“You’re last”, “You’re last” were the words the small four year old boy in front of me was yelling about at Union Station in Portland, Ore. He was very cute along with his older sister as they jumped with excitement for their first train ride back home to Seattle (the family drove down and dad went home leaving mom to train it back with the kids). The kids had their little carry-on bags filled with stuffed animals, toys and games all ready for their four hour journey to Seattle aboard Amtrak’s Cascades train. To be honest, I was a bit excited too as I do love seeing the various landscapes pass by with each station. I am a bit hardened from the Northeast Corridor here on the East Coast – our train is like your daily commute – long lines, jockeying for the best seat with an outlet and then trying your best to Jedi mind control the best person to be your seat mate as they pass through the aisle. The Amtrak Cascades train ride was going to be my West Coast escape from the routine of the East Coast.
I was quickly no longer last in the line so he turned his attention to the man behind me who found no joy in the child’s declarations. The kids were cute, some passengers had no sense of wonder left in them i guess to indulge the children’s fun. Their mother and I started chatting – the casual conversations during travel are always enjoyable for me. As I was traveling in business class, I could have waited in the front of the line alone, but where is the fun in that? I had already wandered around snapping lots of photos and getting weird “such a tourist” looks so I figured standing in line would pass the time (about 1/2 hr) before boarding -it went by quickly when the kids were showing me all of their stuffed friends who were also riding the train for the first time.
Amtrak has a separate, dedicated website to the Cascades train which was my first indication that this train experience would differ from my normal Northeast Corridor travels. The Amtrak Cascades train travels from Eugene, OR to Vancouver, B.C. (not to be confused with the Vancouver, WA stop). While it can reach speeds over 100 mph, due to track restrictions currently, the top speed would be 79 mph on our train (so not much faster than a car driving but no traffic). My original plan was to drive from Portland to Seattle, however, my travel agent nixed that idea rather quickly with the additional $250 in car rental fees for the one way rental. I hadn’t read much about either the bus or train to Seattle so opted for the train, figuring it wouldn’t have highway traffic to contend with.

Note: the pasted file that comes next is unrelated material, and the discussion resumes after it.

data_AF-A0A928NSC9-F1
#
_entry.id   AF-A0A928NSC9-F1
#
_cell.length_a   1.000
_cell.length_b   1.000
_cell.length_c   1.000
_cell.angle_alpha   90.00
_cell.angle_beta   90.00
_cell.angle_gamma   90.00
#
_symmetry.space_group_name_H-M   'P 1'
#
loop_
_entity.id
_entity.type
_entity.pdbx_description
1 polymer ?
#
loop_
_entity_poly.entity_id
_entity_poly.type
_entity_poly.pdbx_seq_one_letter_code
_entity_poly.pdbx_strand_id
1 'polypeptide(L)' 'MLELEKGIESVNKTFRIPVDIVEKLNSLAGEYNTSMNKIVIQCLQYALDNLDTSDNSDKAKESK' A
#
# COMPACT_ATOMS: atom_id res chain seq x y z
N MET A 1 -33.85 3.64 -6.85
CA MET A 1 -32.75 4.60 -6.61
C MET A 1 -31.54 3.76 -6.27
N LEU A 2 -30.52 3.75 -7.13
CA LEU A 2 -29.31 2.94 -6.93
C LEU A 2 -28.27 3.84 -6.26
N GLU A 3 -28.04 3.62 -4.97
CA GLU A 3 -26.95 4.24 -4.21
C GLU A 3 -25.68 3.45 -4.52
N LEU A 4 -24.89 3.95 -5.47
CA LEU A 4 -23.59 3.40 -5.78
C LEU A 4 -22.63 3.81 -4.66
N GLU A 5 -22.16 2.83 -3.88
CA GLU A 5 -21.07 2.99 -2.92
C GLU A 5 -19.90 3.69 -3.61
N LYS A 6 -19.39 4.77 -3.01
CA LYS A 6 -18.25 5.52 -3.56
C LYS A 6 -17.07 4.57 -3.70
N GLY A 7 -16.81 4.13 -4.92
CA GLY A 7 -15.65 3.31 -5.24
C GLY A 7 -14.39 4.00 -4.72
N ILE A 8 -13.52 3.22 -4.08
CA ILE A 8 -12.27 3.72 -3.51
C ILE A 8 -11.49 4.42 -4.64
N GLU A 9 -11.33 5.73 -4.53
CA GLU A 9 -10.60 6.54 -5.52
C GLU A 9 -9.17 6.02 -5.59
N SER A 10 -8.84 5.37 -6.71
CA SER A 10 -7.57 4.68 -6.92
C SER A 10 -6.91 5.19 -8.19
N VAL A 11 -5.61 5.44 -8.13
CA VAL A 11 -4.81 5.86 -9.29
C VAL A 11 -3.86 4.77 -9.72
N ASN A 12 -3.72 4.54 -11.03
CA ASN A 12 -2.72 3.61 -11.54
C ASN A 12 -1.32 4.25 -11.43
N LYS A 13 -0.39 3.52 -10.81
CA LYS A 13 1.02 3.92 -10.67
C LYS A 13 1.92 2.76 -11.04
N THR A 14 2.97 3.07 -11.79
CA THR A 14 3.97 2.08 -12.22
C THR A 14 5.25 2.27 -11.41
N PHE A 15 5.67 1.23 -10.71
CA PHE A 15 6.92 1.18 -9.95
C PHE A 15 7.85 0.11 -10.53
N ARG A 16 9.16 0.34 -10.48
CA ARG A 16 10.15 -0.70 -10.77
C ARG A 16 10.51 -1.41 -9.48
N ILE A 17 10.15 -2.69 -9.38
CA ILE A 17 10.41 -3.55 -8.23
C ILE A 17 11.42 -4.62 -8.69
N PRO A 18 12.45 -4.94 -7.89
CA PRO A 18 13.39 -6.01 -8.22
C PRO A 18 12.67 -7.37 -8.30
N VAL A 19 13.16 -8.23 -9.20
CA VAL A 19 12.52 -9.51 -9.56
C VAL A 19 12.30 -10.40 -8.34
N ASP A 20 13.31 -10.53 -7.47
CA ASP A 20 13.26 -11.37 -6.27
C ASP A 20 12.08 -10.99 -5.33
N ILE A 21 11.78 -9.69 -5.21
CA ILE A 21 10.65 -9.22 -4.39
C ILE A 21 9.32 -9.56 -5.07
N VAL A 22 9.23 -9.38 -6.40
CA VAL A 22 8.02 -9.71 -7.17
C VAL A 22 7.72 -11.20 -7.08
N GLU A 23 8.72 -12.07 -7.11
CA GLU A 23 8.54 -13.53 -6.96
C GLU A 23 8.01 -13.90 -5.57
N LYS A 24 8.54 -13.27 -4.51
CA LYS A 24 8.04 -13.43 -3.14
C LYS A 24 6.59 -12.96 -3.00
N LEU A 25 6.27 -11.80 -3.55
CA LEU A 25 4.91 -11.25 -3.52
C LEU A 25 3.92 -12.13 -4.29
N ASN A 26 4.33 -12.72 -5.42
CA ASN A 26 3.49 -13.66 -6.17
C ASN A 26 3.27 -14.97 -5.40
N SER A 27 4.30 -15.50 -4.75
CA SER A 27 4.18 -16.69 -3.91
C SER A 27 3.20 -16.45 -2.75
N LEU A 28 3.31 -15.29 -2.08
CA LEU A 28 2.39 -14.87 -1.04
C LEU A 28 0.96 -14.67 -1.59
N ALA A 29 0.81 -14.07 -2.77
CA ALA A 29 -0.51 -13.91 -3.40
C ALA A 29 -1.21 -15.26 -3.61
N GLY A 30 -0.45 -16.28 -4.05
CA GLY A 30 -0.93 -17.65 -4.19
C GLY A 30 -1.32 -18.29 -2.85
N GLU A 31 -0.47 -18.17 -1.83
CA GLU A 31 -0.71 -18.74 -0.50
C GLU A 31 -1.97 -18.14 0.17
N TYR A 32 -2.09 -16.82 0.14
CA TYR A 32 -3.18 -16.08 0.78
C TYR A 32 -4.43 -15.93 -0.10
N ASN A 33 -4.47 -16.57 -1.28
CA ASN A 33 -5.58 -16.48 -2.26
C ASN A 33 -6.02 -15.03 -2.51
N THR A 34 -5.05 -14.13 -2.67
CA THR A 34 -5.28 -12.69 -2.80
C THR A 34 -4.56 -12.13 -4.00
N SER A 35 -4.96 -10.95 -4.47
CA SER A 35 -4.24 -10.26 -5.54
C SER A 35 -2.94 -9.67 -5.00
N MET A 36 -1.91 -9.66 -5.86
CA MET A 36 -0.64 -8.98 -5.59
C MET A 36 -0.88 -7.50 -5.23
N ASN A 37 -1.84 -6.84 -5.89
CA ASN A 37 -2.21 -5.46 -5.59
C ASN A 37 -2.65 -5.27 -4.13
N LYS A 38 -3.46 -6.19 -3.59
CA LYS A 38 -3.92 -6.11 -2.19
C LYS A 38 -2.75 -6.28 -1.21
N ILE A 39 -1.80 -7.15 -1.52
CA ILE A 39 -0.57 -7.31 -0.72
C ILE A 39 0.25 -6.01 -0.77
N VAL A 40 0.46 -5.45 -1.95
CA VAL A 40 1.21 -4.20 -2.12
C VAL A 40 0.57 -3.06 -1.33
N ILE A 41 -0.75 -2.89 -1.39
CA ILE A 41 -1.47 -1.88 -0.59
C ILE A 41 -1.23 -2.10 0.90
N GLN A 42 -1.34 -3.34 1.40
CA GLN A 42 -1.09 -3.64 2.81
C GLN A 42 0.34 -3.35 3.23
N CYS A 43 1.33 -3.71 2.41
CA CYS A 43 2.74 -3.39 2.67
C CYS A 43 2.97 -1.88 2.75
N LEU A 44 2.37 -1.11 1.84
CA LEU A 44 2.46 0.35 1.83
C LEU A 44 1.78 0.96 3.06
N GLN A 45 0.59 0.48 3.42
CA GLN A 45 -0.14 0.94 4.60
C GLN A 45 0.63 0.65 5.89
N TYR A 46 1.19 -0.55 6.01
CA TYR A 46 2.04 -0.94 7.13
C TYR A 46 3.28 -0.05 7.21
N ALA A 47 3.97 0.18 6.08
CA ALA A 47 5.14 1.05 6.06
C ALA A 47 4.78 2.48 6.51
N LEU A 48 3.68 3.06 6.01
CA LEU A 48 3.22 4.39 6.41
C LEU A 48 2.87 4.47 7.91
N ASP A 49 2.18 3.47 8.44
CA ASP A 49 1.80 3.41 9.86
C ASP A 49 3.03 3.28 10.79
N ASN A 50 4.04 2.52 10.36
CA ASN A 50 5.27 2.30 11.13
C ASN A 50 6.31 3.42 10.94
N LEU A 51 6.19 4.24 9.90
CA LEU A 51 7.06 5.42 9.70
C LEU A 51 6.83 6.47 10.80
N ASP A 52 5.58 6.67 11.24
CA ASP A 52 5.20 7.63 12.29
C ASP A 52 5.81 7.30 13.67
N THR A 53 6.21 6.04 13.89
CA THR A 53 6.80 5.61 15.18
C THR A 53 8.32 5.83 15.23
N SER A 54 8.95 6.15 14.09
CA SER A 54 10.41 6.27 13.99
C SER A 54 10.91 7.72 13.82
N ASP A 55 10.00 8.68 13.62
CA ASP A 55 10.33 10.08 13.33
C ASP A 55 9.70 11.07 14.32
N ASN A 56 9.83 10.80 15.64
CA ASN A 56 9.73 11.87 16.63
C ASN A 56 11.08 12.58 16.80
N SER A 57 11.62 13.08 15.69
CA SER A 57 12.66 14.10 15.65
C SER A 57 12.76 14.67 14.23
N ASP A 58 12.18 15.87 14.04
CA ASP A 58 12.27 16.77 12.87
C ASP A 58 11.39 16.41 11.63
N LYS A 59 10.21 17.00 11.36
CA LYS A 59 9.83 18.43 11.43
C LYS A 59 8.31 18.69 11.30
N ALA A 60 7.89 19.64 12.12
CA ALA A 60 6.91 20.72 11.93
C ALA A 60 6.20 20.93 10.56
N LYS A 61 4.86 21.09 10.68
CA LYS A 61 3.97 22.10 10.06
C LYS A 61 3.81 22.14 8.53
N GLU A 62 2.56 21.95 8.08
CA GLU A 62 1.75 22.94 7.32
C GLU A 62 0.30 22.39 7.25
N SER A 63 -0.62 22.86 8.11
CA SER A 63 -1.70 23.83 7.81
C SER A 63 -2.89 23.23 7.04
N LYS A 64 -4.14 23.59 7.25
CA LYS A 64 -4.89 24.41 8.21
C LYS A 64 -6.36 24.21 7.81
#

Amtrak’s Union Station, Portland, OR
The Portland train station, Union Station, was a quick cab ride from my downtown hotel. Entering the station, I felt transported back in time with the open counters of wood, the neon signs, the vintage scale. For a real trip of nostalgia, there were actual pay phones booths sans doors (i took photos to explain to my nieces life before the smartphone when you needed a dime to make a call). While lacking in the grandeur of Philadelphia’s 30th street station, the Portland station had touches of train elegance of an era gone by (until of course you went to the restrooms which for the life of me are never in good shape anywhere).
Amtrak Cascades Check In/Boarding in Portland